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Innovative Course Offers Students an Opportunity to Create Community Partnerships


Updated 11/08/2013


The Department of Government and Sociology is currently offering an upper level sociology course that provides students with an opportunity to interact with the local community and learn beyond the classroom.  Sandra Godwin, PhD, Associate Professor of Sociology developed the course titled “Community-University Partnerships and the Co-Construction of Knowledge,” which also draws from the role of experiential learning as a powerful teaching and learning tool.  According to Dr. Godwin, “this is a unique experience for our students since they are able to meet weekly, as a class, with a community organization in members’ own neighborhood.  Students have the opportunity to build meaningful relationships with community members as we all work together for mutual empowerment. Community engagement encourages responsible citizenship, social justice work, self-reflection, and contributes to a culture of engaged learning.”   Jon German, a senior Sociology major noted that, “this has been a transformative experience as I’ve learned that simply putting myself out there, introducing myself to people, and making an effort just to be there, can make a world of difference in creating relationships between a community and a student like myself.”

In addition to discussions and readings on public engagement, community change, participatory research and exploration of models of community-university partnerships, students attend weekly meetings of the Milledgeville Community Garden Association at Harrisburg, a historical, established neighborhood on the south side of Milledgeville.  At these meetings, students have the opportunity to interact with leaders and members of the community and local community organizations.  

Students have been able to observe first-hand how the community garden effort served as the framework for residents’ creation of a walking trail and focused home repair activities. Danny Montenegro, a senior Sociology major, commented that “I think it’s been a learning opportunity to work with a community that has been so eager to restore its neighborhood.  It has been interesting to see it all come out of a community garden and move out from growing plants to growing a community.”  For another student, Abby Martin, a junior Sociology major, “It's been cool to see how a left-over part of the former Harrisburg School has become so meaningful. The CP Lee Center has breathed new life.  It has become a meeting spot, a place for after-school programs, a community garden, and also a place for all of us involved to change from who we are to who we want to be.”  As a result of this course experience and the community engagements embedded in the schedule, some of the students are now tutoring children.  According to Cheyenne Davis, a junior Sociology minor, “After attending the Harrisburg meetings, I’m not as uncomfortable meeting new people.  I can go to these meetings, build relationships and support various initiatives.”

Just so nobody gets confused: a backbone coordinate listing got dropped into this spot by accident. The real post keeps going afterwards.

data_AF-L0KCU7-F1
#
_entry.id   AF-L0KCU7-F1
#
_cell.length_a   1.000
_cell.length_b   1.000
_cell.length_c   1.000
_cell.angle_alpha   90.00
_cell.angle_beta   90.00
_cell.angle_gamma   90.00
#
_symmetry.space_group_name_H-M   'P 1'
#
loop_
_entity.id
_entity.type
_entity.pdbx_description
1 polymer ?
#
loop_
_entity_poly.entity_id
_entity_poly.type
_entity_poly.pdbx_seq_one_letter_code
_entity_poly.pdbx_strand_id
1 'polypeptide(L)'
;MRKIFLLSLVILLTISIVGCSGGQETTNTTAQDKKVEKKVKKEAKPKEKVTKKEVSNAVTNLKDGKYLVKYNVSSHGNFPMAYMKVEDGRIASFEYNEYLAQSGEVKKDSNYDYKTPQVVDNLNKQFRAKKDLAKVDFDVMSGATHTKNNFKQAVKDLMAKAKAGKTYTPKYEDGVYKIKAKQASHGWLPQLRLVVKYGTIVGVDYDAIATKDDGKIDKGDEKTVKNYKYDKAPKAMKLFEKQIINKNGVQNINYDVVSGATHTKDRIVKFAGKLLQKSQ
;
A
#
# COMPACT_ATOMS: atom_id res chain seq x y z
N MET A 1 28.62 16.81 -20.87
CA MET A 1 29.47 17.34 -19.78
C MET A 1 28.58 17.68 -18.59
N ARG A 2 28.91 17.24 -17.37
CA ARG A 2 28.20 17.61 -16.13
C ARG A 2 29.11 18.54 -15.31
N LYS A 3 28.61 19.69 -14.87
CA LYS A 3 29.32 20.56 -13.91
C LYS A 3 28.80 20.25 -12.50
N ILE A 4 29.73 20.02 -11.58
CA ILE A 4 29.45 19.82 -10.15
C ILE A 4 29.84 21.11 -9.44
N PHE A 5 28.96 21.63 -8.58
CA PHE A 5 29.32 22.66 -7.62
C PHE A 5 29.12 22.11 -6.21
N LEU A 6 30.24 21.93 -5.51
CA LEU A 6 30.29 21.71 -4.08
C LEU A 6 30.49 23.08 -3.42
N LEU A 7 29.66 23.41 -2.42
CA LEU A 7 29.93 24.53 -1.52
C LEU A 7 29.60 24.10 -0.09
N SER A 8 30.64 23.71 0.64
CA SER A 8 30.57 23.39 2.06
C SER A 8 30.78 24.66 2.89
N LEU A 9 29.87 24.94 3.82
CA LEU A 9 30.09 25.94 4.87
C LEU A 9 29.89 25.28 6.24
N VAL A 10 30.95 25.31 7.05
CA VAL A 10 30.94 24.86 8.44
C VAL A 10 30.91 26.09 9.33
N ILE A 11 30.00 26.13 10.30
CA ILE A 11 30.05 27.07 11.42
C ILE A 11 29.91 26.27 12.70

During the semester the students are also evaluating models and approaches to community-university partnerships. These evaluations could assist future efforts  between Georgia College and the Milledgeville community. Plans for final projects include a student handbook for community engagement, a large poster map of the neighborhood, and a PowerPoint “scrapbook” of the history and current activities of the community association.  Zykerious Crawford, a junior Sociology major, is excited about this possibility since this class allowed him to “recognize the bubble that exists here at GC, given that everyone shares a similar background.  This class has been a reminder of the importance to bridge this gap between the university and the community of Milledgeville.  We are discovering ways to do just that.  It is an experience that will stay with me forever.”

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